Sydney Trip Report June 2011
Over the coming few weeks I will intersperse my usual sightings around home with a series of trip reports when we went to visit family in Sydney in June earlier this year. I’ve been both busy and unwell so these reports are a little overdue. Never mind; I’m much better now and getting back into adding regular postings here.
On the first day of our trip we drove from home in Murray Bridge to Lameroo in eastern South Australia. We stopped for a cuppa and morning tea at Lake Roberts on the eastern edge of Lameroo, a farming community in the Murray Mallee region. I always like stopping here as you never know what birds are around.
This time I observed a Muscovy Duck near the edge of the lake and it seems it was sitting on a nest (see photo above). This is an introduced species in Australia and there are only a few feral populations away from farmyards. It is commonly kept on farms and in backyards as pets and are edible and are sometimes kept as meat birds. You can find out more about keeping them as pets by clicking here.
Road trip to Sydney, May 2010
On the first morning of our recent road trip to Sydney we stopped at Lameroo near the eastern border of South Australia, just over an hour’s travel from our home in Murray Bridge. We briefly stopped for morning tea and to change drivers. Our favourite stopping point in this delightful country town is at Lake Roberts on the eastern edge of town. This is an artificial lake and is next to the golf course. The picnic grounds also incorporate a small caravan park.
Over a number of visits here in recent years I have recorded some interesting bird sightings. One can usually record several of the mallee species, such as various honeyeaters. The lake usually contains a reasonable level of water and this attracts a range of water-birds too. On this occasion there was a solitary Australasian Grebe in breeding plumage (photo above).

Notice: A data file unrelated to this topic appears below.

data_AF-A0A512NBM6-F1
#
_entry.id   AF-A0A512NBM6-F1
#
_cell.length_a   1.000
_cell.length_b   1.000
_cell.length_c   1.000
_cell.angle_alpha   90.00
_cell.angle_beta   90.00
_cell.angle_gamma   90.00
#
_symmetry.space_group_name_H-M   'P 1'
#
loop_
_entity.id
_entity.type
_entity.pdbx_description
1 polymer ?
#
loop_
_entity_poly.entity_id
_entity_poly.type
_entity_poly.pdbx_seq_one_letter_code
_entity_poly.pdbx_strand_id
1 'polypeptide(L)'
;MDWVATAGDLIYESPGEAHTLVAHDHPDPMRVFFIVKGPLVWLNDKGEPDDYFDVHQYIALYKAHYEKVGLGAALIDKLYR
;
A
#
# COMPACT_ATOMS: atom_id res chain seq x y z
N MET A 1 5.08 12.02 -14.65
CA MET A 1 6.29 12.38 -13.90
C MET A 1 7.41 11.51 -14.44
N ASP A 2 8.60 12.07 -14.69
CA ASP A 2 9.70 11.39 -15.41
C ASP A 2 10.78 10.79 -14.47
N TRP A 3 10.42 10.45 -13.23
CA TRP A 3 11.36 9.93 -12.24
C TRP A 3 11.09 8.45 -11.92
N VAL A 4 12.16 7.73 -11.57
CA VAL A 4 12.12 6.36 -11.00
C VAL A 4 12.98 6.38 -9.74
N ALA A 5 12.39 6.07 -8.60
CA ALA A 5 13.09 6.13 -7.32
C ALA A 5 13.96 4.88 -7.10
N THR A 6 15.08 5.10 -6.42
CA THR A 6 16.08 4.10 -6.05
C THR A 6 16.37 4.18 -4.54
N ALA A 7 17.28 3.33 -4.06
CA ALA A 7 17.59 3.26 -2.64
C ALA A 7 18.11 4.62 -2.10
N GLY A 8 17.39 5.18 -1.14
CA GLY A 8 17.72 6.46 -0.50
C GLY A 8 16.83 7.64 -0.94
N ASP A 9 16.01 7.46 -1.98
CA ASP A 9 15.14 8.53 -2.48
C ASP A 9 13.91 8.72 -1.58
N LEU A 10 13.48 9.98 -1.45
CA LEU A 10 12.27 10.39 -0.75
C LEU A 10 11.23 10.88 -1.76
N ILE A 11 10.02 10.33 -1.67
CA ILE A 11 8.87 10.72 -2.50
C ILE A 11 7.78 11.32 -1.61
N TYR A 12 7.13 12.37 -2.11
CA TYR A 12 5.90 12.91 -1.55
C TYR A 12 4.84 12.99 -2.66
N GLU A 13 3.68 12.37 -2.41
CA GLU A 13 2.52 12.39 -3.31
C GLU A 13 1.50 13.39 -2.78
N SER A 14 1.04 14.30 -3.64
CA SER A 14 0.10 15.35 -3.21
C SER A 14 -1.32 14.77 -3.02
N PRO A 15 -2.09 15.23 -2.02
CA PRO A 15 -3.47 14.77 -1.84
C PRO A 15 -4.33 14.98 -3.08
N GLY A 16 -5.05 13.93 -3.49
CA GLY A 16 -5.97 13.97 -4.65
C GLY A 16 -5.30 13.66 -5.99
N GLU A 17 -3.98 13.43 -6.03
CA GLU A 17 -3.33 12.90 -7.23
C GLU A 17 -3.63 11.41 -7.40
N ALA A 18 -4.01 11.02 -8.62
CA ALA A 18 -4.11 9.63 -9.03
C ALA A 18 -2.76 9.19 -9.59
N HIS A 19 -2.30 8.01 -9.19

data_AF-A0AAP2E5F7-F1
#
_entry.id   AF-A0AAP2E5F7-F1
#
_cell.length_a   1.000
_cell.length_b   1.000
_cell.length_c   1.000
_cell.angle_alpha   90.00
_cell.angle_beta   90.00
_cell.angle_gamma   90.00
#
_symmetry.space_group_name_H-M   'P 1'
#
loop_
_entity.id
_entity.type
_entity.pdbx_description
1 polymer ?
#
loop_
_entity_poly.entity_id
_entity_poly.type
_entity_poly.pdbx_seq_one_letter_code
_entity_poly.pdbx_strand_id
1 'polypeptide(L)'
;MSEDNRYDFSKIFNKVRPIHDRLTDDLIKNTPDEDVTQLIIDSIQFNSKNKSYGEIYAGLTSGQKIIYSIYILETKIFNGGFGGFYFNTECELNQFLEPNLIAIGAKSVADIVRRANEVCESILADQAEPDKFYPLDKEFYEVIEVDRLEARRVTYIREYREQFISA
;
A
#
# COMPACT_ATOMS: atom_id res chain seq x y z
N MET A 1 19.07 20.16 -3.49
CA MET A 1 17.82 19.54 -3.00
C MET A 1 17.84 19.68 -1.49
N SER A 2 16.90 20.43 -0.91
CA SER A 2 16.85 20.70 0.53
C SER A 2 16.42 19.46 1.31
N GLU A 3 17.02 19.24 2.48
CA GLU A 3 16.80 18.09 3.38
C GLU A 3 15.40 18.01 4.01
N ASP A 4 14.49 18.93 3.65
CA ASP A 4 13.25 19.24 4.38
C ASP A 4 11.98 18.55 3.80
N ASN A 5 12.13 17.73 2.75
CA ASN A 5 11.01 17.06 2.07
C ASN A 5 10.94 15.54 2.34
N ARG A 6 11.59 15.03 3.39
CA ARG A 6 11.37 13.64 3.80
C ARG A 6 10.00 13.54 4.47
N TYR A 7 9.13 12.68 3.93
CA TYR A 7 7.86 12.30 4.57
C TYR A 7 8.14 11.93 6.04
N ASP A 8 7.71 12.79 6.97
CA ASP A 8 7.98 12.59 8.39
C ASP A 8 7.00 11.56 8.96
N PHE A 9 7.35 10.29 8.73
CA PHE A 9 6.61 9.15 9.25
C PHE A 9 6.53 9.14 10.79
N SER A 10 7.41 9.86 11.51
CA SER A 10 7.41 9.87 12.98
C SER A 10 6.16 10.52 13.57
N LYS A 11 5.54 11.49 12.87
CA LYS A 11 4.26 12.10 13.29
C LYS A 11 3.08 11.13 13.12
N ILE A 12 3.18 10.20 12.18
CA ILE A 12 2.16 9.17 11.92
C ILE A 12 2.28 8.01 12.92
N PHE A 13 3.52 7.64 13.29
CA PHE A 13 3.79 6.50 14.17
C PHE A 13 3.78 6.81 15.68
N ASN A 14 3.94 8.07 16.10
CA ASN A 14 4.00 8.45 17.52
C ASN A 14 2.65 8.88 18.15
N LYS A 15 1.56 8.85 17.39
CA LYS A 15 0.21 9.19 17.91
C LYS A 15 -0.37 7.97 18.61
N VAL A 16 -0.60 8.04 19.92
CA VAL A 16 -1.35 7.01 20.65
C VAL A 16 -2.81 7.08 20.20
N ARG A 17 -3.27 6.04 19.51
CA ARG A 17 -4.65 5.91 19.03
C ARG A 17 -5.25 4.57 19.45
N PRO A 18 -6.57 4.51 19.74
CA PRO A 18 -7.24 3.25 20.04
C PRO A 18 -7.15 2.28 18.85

This species of grebe can be found throughout Australia, including Tasmania, wherever there are suitable conditions. They can be found on small farm dams, small lakes and ponds, larger bodies of fresh water such as wetlands and sometimes on larger reservoirs and rivers. Although this individual was in breeding plumage, I didn’t have the time to investigate if there was a nest nearby. If there was, it was probably located in the reeds at the southern end of the lake.
Species list (each bird listed is linked to another article for further reading):
On the way home from my trip to Pinnaroo in eastern South Australia last Friday I called in on the artificial lake at Lameroo. Lake Roberts is next to the caravan park and golf course on the eastern edge of town. We’ve often stopped there for lunch or morning tea on our way to the eastern states.
This lake is an average birding spot and one of the few places to observe water birds for many miles in every direction. The Murray mallee region has very few places where there is open water. I only stayed for a few minutes but still managed a nice list of birds.
- Australian Wood Duck: about 15-20 feeding on the lawn around the lake
- Little Pied Cormorant: one sitting on an exposed log
- Masked Lapwing: at least 6 feeding on the grass along the water’s edge
- Little Raven: calling from the nearby golf course
- Galah: several flying overhead
- Australian Magpie: several in trees in caravan park
- Red Wattlebird: feeding in trees near picnic tables
- Magpie Lark: 2 seen feeding along the edge of the water
- Welcome Swallow: about 12 sitting on the power lines in the main street
- Rock Dove: many seen flying near the wheat silos (the tall white structures in the photo above)
- Black-tailed Native-hen: 1 feeding on the grass
The most notable species was a solitary Black-tailed Native-hen. This bantam sized bird moves around very readily, and large numbers will suddenly appear in an area after rain or floods or in response to changing seasonal conditions. They can then disappear just as quickly. To find a solitary bird is unusual.
They are found throughout Australia where conditions suit them, usually near water, either permanent or ephemeral bodies of water. They can breed rapidly in response to good conditions and sometimes number in the hundreds (or even thousands) in a small area.
Despite being very common, and I’ve often seen them in large numbers, I don’t yet have a photo of this species. Click here to see photos and more information about them.